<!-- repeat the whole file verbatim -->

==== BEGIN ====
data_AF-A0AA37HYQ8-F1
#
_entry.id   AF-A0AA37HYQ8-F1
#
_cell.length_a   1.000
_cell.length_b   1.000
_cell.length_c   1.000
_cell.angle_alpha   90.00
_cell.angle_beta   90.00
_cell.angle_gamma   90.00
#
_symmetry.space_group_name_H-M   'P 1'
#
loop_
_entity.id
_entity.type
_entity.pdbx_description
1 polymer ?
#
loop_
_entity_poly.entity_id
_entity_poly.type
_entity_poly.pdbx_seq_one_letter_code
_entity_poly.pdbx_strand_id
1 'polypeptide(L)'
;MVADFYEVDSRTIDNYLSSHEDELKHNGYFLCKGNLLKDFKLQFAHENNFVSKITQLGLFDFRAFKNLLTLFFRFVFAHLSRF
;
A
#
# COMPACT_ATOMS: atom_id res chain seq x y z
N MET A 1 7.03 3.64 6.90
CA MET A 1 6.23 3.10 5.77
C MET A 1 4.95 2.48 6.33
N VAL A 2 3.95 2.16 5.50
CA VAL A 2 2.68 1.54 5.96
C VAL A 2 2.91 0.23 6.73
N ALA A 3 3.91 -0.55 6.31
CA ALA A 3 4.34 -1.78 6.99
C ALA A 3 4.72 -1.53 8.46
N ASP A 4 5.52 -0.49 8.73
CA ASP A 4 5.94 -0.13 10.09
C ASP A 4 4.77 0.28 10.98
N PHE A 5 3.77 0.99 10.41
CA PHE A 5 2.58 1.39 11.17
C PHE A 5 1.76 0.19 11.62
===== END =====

data_AF-A0AA37HYQ8-F1
#
_entry.id   AF-A0AA37HYQ8-F1
#
_cell.length_a   1.000
_cell.length_b   1.000
_cell.length_c   1.000
_cell.angle_alpha   90.00
_cell.angle_beta   90.00
_cell.angle_gamma   90.00
#
_symmetry.space_group_name_H-M   'P 1'
#
loop_
_entity.id
_entity.type
_entity.pdbx_description
1 polymer ?
#
loop_
_entity_poly.entity_id
_entity_poly.type
_entity_poly.pdbx_seq_one_letter_code
_entity_poly.pdbx_strand_id
1 'polypeptide(L)'
;MVADFYEVDSRTIDNYLSSHEDELKHNGYFLCKGNLLKDFKLQFAHENNFVSKITQLGLFDFRAFKNLLTLFFRFVFAHLSRF
;
A
#
# COMPACT_ATOMS: atom_id res chain seq x y z
N MET A 1 7.03 3.64 6.90
CA MET A 1 6.23 3.10 5.77
C MET A 1 4.95 2.48 6.33
N VAL A 2 3.95 2.16 5.50
CA VAL A 2 2.68 1.54 5.96
C VAL A 2 2.91 0.23 6.73
N ALA A 3 3.91 -0.55 6.31
CA ALA A 3 4.34 -1.78 6.99
C ALA A 3 4.72 -1.53 8.46
N ASP A 4 5.52 -0.49 8.73
CA ASP A 4 5.94 -0.13 10.09
C ASP A 4 4.77 0.28 10.98
N PHE A 5 3.77 0.99 10.41
CA PHE A 5 2.58 1.39 11.17
C PHE A 5 1.76 0.19 11.62